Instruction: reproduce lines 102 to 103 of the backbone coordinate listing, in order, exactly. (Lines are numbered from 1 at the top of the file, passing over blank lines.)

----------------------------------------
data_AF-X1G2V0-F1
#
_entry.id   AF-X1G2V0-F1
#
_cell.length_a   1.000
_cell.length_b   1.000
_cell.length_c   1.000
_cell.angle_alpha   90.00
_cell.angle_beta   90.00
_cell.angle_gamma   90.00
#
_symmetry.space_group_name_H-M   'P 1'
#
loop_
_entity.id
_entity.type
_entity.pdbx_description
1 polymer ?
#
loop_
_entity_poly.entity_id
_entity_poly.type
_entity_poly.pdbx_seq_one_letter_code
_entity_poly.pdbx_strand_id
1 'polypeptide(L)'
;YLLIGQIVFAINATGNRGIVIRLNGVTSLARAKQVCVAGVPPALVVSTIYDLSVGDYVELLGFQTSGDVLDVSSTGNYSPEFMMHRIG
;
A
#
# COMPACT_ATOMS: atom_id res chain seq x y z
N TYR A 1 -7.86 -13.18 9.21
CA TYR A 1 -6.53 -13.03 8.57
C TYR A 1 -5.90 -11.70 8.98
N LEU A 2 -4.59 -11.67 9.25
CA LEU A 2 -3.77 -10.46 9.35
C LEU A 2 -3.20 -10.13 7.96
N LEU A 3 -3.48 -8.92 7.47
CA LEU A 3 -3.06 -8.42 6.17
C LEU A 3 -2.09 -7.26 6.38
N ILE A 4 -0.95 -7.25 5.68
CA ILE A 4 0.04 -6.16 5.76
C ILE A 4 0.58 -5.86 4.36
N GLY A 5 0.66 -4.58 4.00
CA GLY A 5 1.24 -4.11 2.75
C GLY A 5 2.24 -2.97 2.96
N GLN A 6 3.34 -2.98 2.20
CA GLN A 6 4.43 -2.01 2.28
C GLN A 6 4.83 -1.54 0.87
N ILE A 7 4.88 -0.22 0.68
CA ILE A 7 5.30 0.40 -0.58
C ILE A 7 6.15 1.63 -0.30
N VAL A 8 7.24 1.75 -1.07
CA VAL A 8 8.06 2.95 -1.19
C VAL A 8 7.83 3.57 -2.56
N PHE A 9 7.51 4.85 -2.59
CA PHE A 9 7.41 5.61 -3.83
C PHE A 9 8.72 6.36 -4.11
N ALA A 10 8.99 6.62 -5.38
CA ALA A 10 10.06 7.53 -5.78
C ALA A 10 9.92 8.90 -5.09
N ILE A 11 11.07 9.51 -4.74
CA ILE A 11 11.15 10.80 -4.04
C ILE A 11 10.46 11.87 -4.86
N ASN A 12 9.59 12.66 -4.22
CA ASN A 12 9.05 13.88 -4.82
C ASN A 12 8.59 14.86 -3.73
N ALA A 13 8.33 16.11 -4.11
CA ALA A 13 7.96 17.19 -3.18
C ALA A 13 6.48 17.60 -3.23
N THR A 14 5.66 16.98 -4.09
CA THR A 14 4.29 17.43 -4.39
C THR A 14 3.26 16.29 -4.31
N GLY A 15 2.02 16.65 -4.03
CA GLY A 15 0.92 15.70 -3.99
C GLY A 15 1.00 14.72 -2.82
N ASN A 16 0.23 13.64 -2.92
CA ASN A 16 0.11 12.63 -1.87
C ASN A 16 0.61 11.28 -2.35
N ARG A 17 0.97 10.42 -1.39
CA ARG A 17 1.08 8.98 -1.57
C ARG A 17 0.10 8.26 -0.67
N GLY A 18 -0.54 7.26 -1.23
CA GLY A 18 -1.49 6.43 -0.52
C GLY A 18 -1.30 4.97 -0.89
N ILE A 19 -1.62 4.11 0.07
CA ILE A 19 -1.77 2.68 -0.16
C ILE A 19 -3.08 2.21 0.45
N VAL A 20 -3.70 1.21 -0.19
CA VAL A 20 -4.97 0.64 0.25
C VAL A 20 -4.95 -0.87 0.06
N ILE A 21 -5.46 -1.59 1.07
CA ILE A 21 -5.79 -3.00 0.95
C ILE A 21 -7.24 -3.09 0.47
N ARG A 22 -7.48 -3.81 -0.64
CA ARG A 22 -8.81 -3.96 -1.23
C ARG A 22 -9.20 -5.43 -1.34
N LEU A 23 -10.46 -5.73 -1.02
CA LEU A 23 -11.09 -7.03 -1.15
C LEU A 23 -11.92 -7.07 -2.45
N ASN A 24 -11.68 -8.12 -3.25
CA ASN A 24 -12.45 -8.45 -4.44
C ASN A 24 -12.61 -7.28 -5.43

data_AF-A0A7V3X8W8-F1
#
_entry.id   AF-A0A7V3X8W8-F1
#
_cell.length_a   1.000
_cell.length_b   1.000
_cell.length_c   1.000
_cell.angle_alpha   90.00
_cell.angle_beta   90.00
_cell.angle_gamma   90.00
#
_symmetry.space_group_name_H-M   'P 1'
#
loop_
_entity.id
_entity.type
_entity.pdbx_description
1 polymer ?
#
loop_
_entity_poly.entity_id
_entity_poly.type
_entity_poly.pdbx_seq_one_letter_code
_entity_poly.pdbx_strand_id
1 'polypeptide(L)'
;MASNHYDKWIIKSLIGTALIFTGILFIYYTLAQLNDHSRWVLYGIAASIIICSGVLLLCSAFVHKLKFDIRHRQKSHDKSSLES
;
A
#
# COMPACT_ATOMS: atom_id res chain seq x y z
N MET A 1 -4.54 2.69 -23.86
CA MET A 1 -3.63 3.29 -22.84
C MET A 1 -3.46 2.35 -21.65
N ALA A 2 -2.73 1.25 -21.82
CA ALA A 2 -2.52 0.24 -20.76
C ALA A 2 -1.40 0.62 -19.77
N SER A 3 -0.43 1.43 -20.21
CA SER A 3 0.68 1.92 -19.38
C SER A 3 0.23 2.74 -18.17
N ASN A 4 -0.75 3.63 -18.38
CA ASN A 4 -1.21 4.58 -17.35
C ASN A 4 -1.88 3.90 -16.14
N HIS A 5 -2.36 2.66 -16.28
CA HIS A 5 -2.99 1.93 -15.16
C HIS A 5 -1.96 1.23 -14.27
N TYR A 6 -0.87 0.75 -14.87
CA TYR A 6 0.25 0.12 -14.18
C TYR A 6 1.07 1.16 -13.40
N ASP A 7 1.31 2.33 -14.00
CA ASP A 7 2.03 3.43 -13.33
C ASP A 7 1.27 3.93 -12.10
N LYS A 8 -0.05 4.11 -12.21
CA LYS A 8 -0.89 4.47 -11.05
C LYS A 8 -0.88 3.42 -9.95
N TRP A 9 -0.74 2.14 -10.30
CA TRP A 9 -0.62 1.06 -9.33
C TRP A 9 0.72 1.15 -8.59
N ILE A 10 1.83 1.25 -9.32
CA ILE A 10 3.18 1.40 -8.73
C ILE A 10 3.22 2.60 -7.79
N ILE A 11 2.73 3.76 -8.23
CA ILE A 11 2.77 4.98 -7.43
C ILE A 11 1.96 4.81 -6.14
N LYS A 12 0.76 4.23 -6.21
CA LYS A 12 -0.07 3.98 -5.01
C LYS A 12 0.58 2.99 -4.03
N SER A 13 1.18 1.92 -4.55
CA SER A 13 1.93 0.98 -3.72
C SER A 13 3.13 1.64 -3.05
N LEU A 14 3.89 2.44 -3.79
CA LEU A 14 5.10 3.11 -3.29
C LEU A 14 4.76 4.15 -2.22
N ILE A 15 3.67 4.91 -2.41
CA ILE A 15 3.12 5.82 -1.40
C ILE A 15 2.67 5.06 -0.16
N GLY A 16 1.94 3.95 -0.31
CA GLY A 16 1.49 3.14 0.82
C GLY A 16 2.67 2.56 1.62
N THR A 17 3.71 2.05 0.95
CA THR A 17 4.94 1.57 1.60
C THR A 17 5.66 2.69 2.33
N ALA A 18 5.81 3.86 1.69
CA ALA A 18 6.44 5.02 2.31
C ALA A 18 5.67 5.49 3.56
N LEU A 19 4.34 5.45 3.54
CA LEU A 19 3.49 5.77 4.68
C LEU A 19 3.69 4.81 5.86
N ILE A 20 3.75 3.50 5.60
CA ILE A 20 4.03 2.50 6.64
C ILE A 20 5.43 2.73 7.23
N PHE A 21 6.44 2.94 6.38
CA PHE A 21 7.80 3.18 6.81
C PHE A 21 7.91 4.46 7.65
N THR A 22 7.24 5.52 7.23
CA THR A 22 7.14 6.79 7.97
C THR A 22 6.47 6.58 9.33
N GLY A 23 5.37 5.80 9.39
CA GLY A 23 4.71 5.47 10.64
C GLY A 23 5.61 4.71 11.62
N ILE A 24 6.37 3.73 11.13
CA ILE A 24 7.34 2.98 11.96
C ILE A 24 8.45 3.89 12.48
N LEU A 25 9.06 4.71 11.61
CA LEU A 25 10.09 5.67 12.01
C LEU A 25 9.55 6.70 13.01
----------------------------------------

C ASN A 24 -12.61 -7.28 -5.43

data_AF-A0A7V3X8W8-F1